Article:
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FIRE 20/20's monthly eNewsletter delivers inspiring articles, thought-provoking interviews and useful tools for Fire/EMS personnel, and those considering a career in the fire service. Topics are oriented around diversity recruitment and retention.
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07-09-12 -- By Lori Wirth
Among the most intractable challenges of community risk reduction is reaching out to those who have isolated themselves from the very resources that can make such a positive difference in maintaining health and safety.
People in the community who feel marginalized are not inclined to seek out information or attend lectures with the scintillating titles of “Falls Prevention” or “Fire Safety.”
People who struggle day to day to put food on the table and care for their children have little left at the end of the day to seek out resources that people connected to city government take for granted as easily accessible.
It’s why diversity in the fire service is such a deeply-felt need. We know that when our first responders represent the community they serve, it streamlines response, communication, and emergency medical care. When first responders bring knowledge of different cultural norms to an incident, they are better able to address specific needs of the community in a way that links state-of-the-art suppression tactics and emergency medical care with compassionate care of the humans who are at the center of that call.
But the benefits of a diverse fire service extend beyond the emergency-based interactions with the community. When the fire department represents the community across the cultural and ethnic spectrum, it extends its “family” further into the community.
Citizens who may be put off by uniforms or government entities in general now have “someone who looks like me” to call for assistance.
Consider the difference between someone who calls the number on the website and attempts to find the right person to answer a question or make a request, and someone who knows a firefighter from their neighborhood or community organization who can guide them to the right resource.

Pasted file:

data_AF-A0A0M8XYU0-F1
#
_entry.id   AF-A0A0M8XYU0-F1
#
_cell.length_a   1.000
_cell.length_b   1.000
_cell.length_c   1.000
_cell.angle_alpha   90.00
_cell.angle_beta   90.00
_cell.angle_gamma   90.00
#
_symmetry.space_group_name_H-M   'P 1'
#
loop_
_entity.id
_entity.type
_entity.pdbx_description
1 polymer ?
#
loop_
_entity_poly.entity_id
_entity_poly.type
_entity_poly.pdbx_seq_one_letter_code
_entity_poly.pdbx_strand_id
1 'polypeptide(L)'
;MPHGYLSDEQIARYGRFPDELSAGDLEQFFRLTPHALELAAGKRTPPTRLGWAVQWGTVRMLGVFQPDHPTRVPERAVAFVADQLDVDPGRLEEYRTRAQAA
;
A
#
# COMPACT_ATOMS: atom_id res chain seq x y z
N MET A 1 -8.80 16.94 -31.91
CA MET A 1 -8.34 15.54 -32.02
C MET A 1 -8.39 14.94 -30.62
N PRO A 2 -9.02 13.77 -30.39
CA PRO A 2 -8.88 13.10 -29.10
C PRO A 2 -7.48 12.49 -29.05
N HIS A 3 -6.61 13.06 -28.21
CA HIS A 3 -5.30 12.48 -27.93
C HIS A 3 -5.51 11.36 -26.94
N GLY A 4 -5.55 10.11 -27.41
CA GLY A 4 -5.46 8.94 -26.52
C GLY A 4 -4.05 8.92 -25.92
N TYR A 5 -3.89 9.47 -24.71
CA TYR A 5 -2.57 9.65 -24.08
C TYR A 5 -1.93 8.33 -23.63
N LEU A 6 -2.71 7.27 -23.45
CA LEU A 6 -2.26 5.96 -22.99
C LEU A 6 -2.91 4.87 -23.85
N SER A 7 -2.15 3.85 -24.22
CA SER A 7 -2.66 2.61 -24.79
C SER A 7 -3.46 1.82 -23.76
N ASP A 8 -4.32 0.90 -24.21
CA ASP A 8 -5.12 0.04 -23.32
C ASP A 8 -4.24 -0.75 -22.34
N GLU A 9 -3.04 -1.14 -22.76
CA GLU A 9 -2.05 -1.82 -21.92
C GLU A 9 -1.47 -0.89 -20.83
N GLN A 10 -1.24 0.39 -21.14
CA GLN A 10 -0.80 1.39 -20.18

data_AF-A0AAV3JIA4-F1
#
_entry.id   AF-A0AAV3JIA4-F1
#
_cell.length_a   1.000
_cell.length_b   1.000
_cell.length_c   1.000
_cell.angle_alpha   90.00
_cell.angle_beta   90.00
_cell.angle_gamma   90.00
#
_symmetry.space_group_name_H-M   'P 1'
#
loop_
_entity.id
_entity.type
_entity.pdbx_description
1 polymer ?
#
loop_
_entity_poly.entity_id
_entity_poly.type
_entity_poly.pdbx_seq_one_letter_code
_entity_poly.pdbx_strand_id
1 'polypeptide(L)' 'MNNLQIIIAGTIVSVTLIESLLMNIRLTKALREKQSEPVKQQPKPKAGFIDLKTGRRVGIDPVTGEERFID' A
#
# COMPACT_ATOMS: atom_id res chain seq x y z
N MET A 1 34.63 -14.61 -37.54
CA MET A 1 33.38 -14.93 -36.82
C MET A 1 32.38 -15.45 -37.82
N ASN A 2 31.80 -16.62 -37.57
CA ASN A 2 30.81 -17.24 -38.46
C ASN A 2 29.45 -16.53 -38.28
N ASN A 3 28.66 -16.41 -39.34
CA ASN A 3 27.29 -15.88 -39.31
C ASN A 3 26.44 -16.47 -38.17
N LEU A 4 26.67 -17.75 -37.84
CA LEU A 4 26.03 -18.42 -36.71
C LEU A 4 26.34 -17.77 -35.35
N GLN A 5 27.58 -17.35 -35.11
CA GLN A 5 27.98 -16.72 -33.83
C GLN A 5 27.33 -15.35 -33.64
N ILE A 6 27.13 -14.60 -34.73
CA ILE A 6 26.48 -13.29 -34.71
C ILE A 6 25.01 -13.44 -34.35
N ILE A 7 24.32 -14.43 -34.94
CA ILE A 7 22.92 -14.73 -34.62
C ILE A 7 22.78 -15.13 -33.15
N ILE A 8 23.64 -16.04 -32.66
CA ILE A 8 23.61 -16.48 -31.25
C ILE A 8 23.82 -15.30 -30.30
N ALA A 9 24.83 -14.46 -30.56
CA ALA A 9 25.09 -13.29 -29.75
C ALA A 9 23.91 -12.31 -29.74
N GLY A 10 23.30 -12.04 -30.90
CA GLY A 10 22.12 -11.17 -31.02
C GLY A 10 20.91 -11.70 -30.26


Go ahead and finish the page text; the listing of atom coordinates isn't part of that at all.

When a person knows someone on the "inside," the barrier is gone because they know there is someone in the department who can advocate for them. The governmental red tape of bureaucracy falls away because there is a personal connection.
As our department has become more diverse, we have received more calls from the community that begin with: 'My friend, sister, son, neighbor works for your department. They told me to call you to get an answer.'
It’s an underappreciated, yet powerful mechanism to increase outreach and bring messages to underserved populations.
But this is only a part of true relationship building. To reach audiences that are not in your immediate sphere of influence, it takes a different view of outreach.
Some of the most effective outreach techniques provide information and services that may be tangential to your core messaging.
For example, in Madison what began as a favor to our community partners has turned out to be a remarkable link to underserved communities. Safe Kids was looking for a weather-proof location for car seat checks. So we opened two of our fire stations for monthly checks in the apparatus bay. The result was a steady influx of families with young children that embodied the diversity of our larger community.
By certifying our Community Education Officers as Child Passenger Safety Technicians, we put our educators on the front lines of engagement with people who might otherwise never have entered one of our firehouses.
The City of Madison adds another layer of connection with a strong network of neighborhood associations that are encouraged and supported by City staff. Members of our Prevention Division - both inspectors and educators - are part of the Neighborhood Resource Teams that meet regularly to hear from citizens and work with them to find solutions to specific neighborhood issues.
These teams also provide a forum for the MFD to introduce new initiatives regarding public safety and receive immediate feedback.
There will always be those members of the public who seek us out for their own reasons, but in an era where government entities are increasingly stretched and tested by the citizens they serve, it will be up to us to take the first steps to reach out into the community, and listen.